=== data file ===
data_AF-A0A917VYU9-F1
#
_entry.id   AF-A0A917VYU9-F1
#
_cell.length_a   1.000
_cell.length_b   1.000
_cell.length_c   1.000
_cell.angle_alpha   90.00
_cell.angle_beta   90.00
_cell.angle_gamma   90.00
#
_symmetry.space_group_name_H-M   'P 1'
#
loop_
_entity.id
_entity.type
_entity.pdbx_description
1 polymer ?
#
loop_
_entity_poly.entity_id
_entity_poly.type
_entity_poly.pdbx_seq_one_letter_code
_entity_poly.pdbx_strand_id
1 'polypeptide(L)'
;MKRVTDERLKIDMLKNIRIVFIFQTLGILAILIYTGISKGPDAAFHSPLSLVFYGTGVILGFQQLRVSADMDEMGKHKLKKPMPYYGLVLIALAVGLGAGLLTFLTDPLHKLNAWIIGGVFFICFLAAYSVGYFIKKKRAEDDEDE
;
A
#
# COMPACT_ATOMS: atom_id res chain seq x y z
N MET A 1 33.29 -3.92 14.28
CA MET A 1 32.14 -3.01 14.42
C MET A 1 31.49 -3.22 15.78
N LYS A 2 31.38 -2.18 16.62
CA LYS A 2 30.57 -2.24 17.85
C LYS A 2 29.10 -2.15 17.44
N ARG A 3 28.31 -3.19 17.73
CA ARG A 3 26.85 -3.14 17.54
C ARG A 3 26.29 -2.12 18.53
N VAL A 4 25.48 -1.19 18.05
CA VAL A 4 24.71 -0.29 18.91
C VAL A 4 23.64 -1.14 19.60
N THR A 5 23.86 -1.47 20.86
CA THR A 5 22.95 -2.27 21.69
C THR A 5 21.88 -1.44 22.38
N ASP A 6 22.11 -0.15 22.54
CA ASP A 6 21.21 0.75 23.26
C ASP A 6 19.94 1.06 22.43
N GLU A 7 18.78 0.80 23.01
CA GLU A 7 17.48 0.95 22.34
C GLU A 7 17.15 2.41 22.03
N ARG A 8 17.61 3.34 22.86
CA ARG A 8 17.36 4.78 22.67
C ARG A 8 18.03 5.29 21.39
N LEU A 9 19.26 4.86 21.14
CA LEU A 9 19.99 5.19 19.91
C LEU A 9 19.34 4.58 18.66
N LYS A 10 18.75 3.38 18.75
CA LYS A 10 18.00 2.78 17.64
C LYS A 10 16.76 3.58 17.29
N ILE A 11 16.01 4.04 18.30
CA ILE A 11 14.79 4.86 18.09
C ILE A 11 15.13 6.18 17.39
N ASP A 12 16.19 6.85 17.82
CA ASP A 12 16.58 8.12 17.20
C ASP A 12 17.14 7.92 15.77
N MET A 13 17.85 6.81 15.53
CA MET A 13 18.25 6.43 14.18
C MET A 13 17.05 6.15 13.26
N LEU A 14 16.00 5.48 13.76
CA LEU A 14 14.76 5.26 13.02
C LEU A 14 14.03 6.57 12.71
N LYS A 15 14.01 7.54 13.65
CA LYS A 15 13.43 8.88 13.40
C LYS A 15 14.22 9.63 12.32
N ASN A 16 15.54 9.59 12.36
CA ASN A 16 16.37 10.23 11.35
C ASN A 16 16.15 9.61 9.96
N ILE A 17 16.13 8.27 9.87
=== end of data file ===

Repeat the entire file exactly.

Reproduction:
data_AF-A0A917VYU9-F1
#
_entry.id   AF-A0A917VYU9-F1
#
_cell.length_a   1.000
_cell.length_b   1.000
_cell.length_c   1.000
_cell.angle_alpha   90.00
_cell.angle_beta   90.00
_cell.angle_gamma   90.00
#
_symmetry.space_group_name_H-M   'P 1'
#
loop_
_entity.id
_entity.type
_entity.pdbx_description
1 polymer ?
#
loop_
_entity_poly.entity_id
_entity_poly.type
_entity_poly.pdbx_seq_one_letter_code
_entity_poly.pdbx_strand_id
1 'polypeptide(L)'
;MKRVTDERLKIDMLKNIRIVFIFQTLGILAILIYTGISKGPDAAFHSPLSLVFYGTGVILGFQQLRVSADMDEMGKHKLKKPMPYYGLVLIALAVGLGAGLLTFLTDPLHKLNAWIIGGVFFICFLAAYSVGYFIKKKRAEDDEDE
;
A
#
# COMPACT_ATOMS: atom_id res chain seq x y z
N MET A 1 33.29 -3.92 14.28
CA MET A 1 32.14 -3.01 14.42
C MET A 1 31.49 -3.22 15.78
N LYS A 2 31.38 -2.18 16.62
CA LYS A 2 30.57 -2.24 17.85
C LYS A 2 29.10 -2.15 17.44
N ARG A 3 28.31 -3.19 17.73
CA ARG A 3 26.85 -3.14 17.54
C ARG A 3 26.29 -2.12 18.53
N VAL A 4 25.48 -1.19 18.05
CA VAL A 4 24.71 -0.29 18.91
C VAL A 4 23.64 -1.14 19.60
N THR A 5 23.86 -1.47 20.86
CA THR A 5 22.95 -2.27 21.69
C THR A 5 21.88 -1.44 22.38
N ASP A 6 22.11 -0.15 22.54
CA ASP A 6 21.21 0.75 23.26
C ASP A 6 19.94 1.06 22.43
N GLU A 7 18.78 0.80 23.01
CA GLU A 7 17.48 0.95 22.34
C GLU A 7 17.15 2.41 22.03
N ARG A 8 17.61 3.34 22.86
CA ARG A 8 17.36 4.78 22.67
C ARG A 8 18.03 5.29 21.39
N LEU A 9 19.26 4.86 21.14
CA LEU A 9 19.99 5.19 19.91
C LEU A 9 19.34 4.58 18.66
N LYS A 10 18.75 3.38 18.75
CA LYS A 10 18.00 2.78 17.64
C LYS A 10 16.76 3.58 17.29
N ILE A 11 16.01 4.04 18.30
CA ILE A 11 14.79 4.86 18.09
C ILE A 11 15.13 6.18 17.39
N ASP A 12 16.19 6.85 17.82
CA ASP A 12 16.58 8.12 17.20
C ASP A 12 17.14 7.92 15.77
N MET A 13 17.85 6.81 15.53
CA MET A 13 18.25 6.43 14.18
C MET A 13 17.05 6.15 13.26
N LEU A 14 16.00 5.48 13.76
CA LEU A 14 14.76 5.26 13.02
C LEU A 14 14.03 6.57 12.71
N LYS A 15 14.01 7.54 13.65
CA LYS A 15 13.43 8.88 13.40
C LYS A 15 14.22 9.63 12.32
N ASN A 16 15.54 9.59 12.36
CA ASN A 16 16.37 10.23 11.35
C ASN A 16 16.15 9.61 9.96
N ILE A 17 16.13 8.27 9.87